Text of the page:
Date: Sep 28, 2013 3:54 PM Author: Peter Percival Subject: Re: Is (t^2-9)/(t-3) defined at t=3? quasi wrote:

> Hetware wrote:

>> quasi wrote:

>>> Hetware wrote:

>>>>

>>>> I'm reading a 1953 edition of Thomas's Calculus and

>>>> Analytic Geometry.

>>>>

>>>> In it he states that given:

>>>>

>>>> F(t) = (t^2-9)/(t-3)

>>>>

>>>> F(t) = (t-3)(t+3)/(t-3) = t+3 when t!=3.

>>>>

>>>> But F(t) is not defined at t=3 because it evaluates to 0/0.

>>>>

>>>> If someone were to ask me if (t^2-9)/(t-3) is defined when t=3,

>>>> I would say it is

>>>

>>> Then you would be wrong.

>>>

>>>> because it can be simplified to t+3.

>>>

>>> To get that result, you had to cancel the common factor t-3 in

>>> numerator and denominator. But that cancellation depends on the

>>> simplification

>>>

>>> (t - 3)/(t - 3) = 1

>>>

>>> which is only valid if t != 3.

>>>

>>> In a first level algebra course (Elementary Algebra) where

>>> function concepts are not yet in play, the simplification

>>>

>>> (t^2 - 9)/(t - 3)

>>>

>>> = (t + 3)(t - 3))/(t - 3)

>>>

>>> = t + 3

>>>

>>> is allowed, without worrying about exceptional values of t for

>>> which the simplification fails.

>>>

>>> But at the next level of algebra, algebraic expressions are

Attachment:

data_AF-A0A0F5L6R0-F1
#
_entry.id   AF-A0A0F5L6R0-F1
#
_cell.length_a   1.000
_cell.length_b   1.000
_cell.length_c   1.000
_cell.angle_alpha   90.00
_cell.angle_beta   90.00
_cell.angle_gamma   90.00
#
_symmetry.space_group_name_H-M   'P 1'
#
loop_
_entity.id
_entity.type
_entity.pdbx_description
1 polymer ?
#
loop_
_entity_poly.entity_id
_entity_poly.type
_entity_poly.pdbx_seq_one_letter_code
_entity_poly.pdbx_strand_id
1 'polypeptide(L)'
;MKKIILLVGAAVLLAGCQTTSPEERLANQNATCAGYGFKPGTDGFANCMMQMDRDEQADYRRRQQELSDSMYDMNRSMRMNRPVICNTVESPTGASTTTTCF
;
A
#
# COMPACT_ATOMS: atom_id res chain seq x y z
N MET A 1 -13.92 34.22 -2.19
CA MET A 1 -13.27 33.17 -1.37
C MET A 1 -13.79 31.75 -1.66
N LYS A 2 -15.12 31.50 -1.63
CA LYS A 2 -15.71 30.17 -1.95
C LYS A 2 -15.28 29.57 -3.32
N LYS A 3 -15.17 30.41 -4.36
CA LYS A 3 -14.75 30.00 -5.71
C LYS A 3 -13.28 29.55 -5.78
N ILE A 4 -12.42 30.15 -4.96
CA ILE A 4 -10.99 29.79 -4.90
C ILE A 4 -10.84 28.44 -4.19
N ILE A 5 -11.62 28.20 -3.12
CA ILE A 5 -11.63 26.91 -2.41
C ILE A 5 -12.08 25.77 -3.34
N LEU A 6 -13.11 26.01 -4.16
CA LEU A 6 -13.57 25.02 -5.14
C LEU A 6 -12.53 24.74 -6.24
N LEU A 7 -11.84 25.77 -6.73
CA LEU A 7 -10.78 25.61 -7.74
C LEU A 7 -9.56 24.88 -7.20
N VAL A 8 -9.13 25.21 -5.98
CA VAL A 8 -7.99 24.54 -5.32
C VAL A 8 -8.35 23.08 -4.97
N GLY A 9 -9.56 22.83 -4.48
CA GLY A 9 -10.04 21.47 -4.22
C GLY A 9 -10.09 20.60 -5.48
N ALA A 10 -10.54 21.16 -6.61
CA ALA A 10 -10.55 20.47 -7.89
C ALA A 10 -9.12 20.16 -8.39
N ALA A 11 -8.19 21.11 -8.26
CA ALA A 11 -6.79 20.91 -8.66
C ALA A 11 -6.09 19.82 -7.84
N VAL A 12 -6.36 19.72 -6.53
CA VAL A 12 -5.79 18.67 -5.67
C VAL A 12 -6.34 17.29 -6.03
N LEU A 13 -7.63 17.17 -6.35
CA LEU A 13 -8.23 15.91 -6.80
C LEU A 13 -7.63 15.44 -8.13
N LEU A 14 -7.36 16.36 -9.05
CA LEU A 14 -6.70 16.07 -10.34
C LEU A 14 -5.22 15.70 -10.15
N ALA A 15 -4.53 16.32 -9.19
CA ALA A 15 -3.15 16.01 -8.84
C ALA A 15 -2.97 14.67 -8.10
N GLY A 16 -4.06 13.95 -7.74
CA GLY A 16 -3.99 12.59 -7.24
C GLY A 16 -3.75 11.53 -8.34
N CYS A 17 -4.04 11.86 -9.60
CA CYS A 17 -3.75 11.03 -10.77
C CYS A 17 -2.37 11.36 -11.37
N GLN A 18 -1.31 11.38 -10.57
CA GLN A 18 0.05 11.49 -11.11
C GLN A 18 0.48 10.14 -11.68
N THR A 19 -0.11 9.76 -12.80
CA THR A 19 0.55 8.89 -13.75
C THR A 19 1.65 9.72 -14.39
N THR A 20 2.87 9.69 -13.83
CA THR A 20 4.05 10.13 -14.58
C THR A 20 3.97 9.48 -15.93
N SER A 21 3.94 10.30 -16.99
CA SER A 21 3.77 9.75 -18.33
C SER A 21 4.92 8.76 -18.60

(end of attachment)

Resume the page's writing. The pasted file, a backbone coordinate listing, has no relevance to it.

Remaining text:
>>> often being regarded as functions, so more care is taken to

>>> identify those exceptional values.

>>>

>>>> Am I (and/or Thomas) engaging in meaningless hair-splitting

>>>> regarding the question of F(3) being defined?

>>>

>>> For functions, identifying the precise domain is key.

>>>

>>> Thomas is correct.

>>>

>>> Those hairs _need_ to be split.

>>>

>>> All modern precalculus and calculus texts are careful (in the

>>> context of deciding whether functions are equal) to identify

>>> exceptional values where simplifications fail.

>>

>> The reason I have some misgiving about saying that F(3) is

>> undefined is

>

> F is being regarded as a _function_

With what domain and range?

> not just an expression,

> so the definition of F is taken literally. You don't have the

> right to simplify the definition before evaluating the

> function unless you can guarantee that the results would

> always be the same, before and after.

>

> Thus if F(t) = (t^2 - 9)/(t - 3), then by direct substitution

>

> F(3) = (3^2 - 9)/(3 - 3) = 0/0

>

> which is undefined.

>

> If we let G(t) = t + 3, then G(3) = 3 + 3 = 6.

>

> Thus, F and G are not equal as functions.

>

> They _are_ equal for all values t _except_ t = 3.

>

> Thus the graphs are not the same.

>

> The graph of the equation y = G(x) is a straight line.

>

> The graph of the equation y = F(x) is the same straight

> line, but with a missing point at (3,6), usually symbolized

> by placing a small open circle around (3,6) to make clear

> that there is a missing point there (a "hole").

>

> With regard to continuity, the function G is continuous,

> whereas the function F has a discontinuity at t = 3.

>

> However since the limit of F, as t approaches 3 _exists_,

> we say that F has a _removable_ discontinuity at t = 3.

>

> You need to drop your preconceptions on this so as to make

> progress in your study of Calculus. All modern Calculus texts

> are consistent with regard to this issue.

>

> quasi

>

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